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The death and mourning of children

The death and mourning of children

Children express the state of mourning in a different way than adults. They do not talk about what confuses them or worries them about death, but rather shows it through behaviors different from the usual ones, which on many occasions, manifest anxiety. And it is that assimilating that they will no longer see or speak with someone important to them in their life because he has died is a hard blow that escapes their childish logic.

Managing absence is difficult for children, especially if we think that they are living primarily in the present. Therefore, it is important for parents to assume that we cannot fool them or disguise reality. Death is part of life, and so we must make him understand it, although tactfully and in the least painful way possible. If we choose to let them live in a bubble, oblivious to pain and adversity, we will not be helping our children to build a strong and courageous personality.

The sad atmosphere that exists at home after the death of a loved one can cause great confusion in the child when the truth about death has not been explained. Children can speculate with some misfortune about them or about their environment, and it is even possible that they understand that we want to abandon them or that we no longer love them. Before getting to that, it is more advisable to tell them the truth about death in a natural way, making them understand that it is something specific, that it is part of life and that it does not happen every day.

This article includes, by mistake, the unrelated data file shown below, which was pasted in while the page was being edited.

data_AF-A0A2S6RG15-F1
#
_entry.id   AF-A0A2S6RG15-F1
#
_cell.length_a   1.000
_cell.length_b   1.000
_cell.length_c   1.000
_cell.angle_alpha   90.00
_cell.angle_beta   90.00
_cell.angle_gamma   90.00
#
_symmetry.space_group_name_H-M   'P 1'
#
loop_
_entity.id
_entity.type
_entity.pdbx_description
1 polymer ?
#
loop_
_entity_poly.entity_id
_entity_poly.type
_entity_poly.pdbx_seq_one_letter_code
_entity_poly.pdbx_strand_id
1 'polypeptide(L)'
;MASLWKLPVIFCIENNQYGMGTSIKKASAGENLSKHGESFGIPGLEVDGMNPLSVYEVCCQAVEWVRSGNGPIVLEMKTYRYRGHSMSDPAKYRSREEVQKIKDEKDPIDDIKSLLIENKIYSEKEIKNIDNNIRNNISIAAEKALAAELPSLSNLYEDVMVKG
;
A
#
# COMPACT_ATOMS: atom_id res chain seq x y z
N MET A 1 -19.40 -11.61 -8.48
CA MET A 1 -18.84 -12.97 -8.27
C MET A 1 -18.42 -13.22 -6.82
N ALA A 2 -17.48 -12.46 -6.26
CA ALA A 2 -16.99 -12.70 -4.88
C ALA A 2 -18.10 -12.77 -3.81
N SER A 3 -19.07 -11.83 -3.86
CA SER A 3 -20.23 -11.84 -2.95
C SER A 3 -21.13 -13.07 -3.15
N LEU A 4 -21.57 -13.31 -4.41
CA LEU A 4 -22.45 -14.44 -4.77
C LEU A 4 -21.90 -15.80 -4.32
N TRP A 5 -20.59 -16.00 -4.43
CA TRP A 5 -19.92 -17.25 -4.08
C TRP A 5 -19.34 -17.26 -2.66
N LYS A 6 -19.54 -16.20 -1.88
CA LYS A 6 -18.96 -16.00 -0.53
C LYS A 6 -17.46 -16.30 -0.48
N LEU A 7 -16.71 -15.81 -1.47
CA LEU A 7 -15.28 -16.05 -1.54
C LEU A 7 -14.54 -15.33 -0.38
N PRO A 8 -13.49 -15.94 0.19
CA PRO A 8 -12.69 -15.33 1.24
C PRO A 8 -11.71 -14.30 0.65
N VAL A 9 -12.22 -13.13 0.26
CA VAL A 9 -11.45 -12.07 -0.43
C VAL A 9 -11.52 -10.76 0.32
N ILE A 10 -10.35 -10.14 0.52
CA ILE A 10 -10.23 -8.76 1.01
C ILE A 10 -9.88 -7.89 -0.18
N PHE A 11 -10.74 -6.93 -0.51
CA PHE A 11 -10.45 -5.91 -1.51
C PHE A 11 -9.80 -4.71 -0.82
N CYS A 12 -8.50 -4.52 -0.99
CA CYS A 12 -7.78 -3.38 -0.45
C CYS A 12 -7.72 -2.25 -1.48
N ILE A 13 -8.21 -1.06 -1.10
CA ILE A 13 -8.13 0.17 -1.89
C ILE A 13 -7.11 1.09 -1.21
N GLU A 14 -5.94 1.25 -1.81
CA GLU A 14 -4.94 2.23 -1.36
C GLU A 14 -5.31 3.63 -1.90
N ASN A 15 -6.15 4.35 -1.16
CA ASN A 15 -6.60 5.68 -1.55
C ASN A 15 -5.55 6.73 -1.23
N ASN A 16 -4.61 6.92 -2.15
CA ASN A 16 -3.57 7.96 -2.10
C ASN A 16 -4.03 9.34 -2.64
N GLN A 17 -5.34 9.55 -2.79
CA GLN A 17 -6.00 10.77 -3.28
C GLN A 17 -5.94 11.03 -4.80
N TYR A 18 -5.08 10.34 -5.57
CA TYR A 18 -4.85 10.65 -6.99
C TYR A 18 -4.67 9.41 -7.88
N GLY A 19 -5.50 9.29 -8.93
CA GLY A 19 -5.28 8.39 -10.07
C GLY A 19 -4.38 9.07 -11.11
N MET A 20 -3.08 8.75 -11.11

Positive responses from parents help children to grieve, a phase that we all have to go through to overcome the loss of a loved one. Children's understanding of death is painful at first, but comforting in the long run, as when it is disguised, children are more devastated and disappointed when they learn the truth.

However, when the loss corresponds to figures as important to the child as the father or mother, we must assume that the child will be sad and depressed for a long time and will need constant psychological support. Specialists say that removing photos or memories of the deceased is counterproductive, and what really helps them is physical contact and dialogue. With these weapons the child will be able to vent and eliminate tensions.

Marisol New. Copywriter

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